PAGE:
9. A tandoori lamb chop

In 2014, Nikesh Shukla sent a weather balloon armed with a lamb chop and a GoPro into the stratosphere to promote his book Meatspace. They lost contact with the chop almost immediately, and a month later the craft and camera were found by a farmer. He decided to inform the crew, and then not hand it over. The man/lamb hunt lasted four months, even with police involvement. Thankfully, the footage was found, and you can enjoy it here.
Nikesh Shukla / Via youtube.com

In 2014, Nikesh Shukla sent a weather balloon armed with a lamb chop and a GoPro into the stratosphere to promote his book Meatspace. They lost contact with the chop almost immediately, and a month later the craft and camera were found by a farmer. He decided to inform the crew, and then not hand it over. The man/lamb hunt lasted four months, even with police involvement. Thankfully, the footage was found, and you can enjoy it here.

10. Unkillable water bears

Water bears, also known as tardigrages, may look cute, but their space ventures prove how terrfying they are. Before going to space, they were already proven to be able to withstand extreme temperatures, pressures, and even radiation. Since making their cosmic voyage, it's now known that they can do all of that, and survive an extended period of time in the vacuum of outer space. Tardigrades must have the dopest resumes.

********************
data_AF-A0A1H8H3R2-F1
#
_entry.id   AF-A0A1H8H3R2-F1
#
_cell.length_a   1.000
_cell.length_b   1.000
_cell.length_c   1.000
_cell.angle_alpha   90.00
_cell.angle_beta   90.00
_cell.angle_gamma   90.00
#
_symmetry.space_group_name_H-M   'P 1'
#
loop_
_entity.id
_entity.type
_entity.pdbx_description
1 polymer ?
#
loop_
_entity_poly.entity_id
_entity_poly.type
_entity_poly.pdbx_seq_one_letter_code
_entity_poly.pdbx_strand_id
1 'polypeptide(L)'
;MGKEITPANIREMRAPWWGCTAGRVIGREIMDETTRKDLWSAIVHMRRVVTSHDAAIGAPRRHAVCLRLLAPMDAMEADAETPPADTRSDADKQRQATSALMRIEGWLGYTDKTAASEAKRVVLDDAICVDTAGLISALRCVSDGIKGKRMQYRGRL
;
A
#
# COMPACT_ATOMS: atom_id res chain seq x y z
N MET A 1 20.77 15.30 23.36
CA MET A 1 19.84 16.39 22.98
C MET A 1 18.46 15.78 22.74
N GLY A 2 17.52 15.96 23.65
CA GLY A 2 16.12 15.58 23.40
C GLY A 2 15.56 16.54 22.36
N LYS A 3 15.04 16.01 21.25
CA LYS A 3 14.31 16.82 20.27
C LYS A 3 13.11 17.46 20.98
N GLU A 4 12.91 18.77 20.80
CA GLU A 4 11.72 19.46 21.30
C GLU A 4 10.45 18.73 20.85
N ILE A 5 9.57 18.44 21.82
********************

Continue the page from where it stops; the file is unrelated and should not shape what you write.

Flickr: Bob Goldstein / Creative Commons / Via Flickr: 11562437@N03

Water bears, also known as tardigrages, may look cute, but their space ventures prove how terrfying they are. Before going to space, they were already proven to be able to withstand extreme temperatures, pressures, and even radiation. Since making their cosmic voyage, it's now known that they can do all of that, and survive an extended period of time in the vacuum of outer space. Tardigrades must have the dopest resumes.

11. A saxophone

We're 90% certain this only happened so that news outlets could write headlines like "Sax in Space" and giggle about it. The saxophone was the first instrument to be played in space, and was recently sent up again as a present for Thomas Pesquet, who was stationed on the International Space Station.
NASA / Via space.com

We're 90% certain this only happened so that news outlets could write headlines like "Sax in Space" and giggle about it. The saxophone was the first instrument to be played in space, and was recently sent up again as a present for Thomas Pesquet, who was stationed on the International Space Station.

12. Spiders

Actually, we're fine with this one. As long as they're in space and not anywhere near us. Spiders have had their fair share of time in space, including in 2011 when two golden orb spiders went up so that NASA could observe how they adapted to zero gravity environments. You can watch a videos of the spiders here, in case having to live with them on Earth wasn't enough already.